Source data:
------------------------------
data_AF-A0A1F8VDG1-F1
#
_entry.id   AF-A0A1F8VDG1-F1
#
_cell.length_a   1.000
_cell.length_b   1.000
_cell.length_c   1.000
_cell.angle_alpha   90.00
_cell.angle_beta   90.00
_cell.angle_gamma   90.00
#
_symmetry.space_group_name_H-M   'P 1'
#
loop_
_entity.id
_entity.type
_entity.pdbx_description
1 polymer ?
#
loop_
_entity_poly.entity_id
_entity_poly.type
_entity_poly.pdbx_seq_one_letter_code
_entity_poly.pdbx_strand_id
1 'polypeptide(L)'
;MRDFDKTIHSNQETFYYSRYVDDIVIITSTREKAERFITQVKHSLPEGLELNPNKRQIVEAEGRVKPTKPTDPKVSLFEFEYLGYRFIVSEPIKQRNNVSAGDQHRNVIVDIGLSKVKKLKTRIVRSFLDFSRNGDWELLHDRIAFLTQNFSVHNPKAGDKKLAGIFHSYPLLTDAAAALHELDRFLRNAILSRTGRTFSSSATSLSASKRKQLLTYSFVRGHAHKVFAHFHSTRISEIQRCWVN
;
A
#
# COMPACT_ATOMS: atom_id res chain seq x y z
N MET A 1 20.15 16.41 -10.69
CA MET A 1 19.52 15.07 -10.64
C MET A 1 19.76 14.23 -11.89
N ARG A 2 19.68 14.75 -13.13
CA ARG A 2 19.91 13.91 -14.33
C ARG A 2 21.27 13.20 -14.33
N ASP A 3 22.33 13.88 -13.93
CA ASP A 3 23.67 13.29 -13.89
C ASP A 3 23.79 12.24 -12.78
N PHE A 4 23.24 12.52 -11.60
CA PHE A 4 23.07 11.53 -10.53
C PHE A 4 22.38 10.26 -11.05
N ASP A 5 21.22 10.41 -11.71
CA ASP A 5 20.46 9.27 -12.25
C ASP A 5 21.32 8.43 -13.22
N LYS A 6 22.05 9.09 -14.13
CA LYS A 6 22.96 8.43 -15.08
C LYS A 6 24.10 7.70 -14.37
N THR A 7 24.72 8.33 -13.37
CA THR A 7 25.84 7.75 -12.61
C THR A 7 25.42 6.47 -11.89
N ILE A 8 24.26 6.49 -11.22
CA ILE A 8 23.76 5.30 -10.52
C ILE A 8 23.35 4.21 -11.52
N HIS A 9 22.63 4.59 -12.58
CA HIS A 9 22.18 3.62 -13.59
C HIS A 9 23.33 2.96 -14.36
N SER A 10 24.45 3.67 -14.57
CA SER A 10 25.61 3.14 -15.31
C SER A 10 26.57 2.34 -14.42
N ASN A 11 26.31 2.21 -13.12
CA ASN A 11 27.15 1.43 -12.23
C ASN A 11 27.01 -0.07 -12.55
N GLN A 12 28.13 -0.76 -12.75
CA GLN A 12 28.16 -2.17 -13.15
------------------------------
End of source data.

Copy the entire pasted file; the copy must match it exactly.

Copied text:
data_AF-A0A1F8VDG1-F1
#
_entry.id   AF-A0A1F8VDG1-F1
#
_cell.length_a   1.000
_cell.length_b   1.000
_cell.length_c   1.000
_cell.angle_alpha   90.00
_cell.angle_beta   90.00
_cell.angle_gamma   90.00
#
_symmetry.space_group_name_H-M   'P 1'
#
loop_
_entity.id
_entity.type
_entity.pdbx_description
1 polymer ?
#
loop_
_entity_poly.entity_id
_entity_poly.type
_entity_poly.pdbx_seq_one_letter_code
_entity_poly.pdbx_strand_id
1 'polypeptide(L)'
;MRDFDKTIHSNQETFYYSRYVDDIVIITSTREKAERFITQVKHSLPEGLELNPNKRQIVEAEGRVKPTKPTDPKVSLFEFEYLGYRFIVSEPIKQRNNVSAGDQHRNVIVDIGLSKVKKLKTRIVRSFLDFSRNGDWELLHDRIAFLTQNFSVHNPKAGDKKLAGIFHSYPLLTDAAAALHELDRFLRNAILSRTGRTFSSSATSLSASKRKQLLTYSFVRGHAHKVFAHFHSTRISEIQRCWVN
;
A
#
# COMPACT_ATOMS: atom_id res chain seq x y z
N MET A 1 20.15 16.41 -10.69
CA MET A 1 19.52 15.07 -10.64
C MET A 1 19.76 14.23 -11.89
N ARG A 2 19.68 14.75 -13.13
CA ARG A 2 19.91 13.91 -14.33
C ARG A 2 21.27 13.20 -14.33
N ASP A 3 22.33 13.88 -13.93
CA ASP A 3 23.67 13.29 -13.89
C ASP A 3 23.79 12.24 -12.78
N PHE A 4 23.24 12.52 -11.60
CA PHE A 4 23.07 11.53 -10.53
C PHE A 4 22.38 10.26 -11.05
N ASP A 5 21.22 10.41 -11.71
CA ASP A 5 20.46 9.27 -12.25
C ASP A 5 21.32 8.43 -13.22
N LYS A 6 22.05 9.09 -14.13
CA LYS A 6 22.96 8.43 -15.08
C LYS A 6 24.10 7.70 -14.37
N THR A 7 24.72 8.33 -13.37
CA THR A 7 25.84 7.75 -12.61
C THR A 7 25.42 6.47 -11.89
N ILE A 8 24.26 6.49 -11.22
CA ILE A 8 23.76 5.30 -10.52
C ILE A 8 23.35 4.21 -11.52
N HIS A 9 22.63 4.59 -12.58
CA HIS A 9 22.18 3.62 -13.59
C HIS A 9 23.33 2.96 -14.36
N SER A 10 24.45 3.67 -14.57
CA SER A 10 25.61 3.14 -15.31
C SER A 10 26.57 2.34 -14.42
N ASN A 11 26.31 2.21 -13.12
CA ASN A 11 27.15 1.43 -12.23
C ASN A 11 27.01 -0.07 -12.55
N GLN A 12 28.13 -0.76 -12.75
CA GLN A 12 28.16 -2.17 -13.15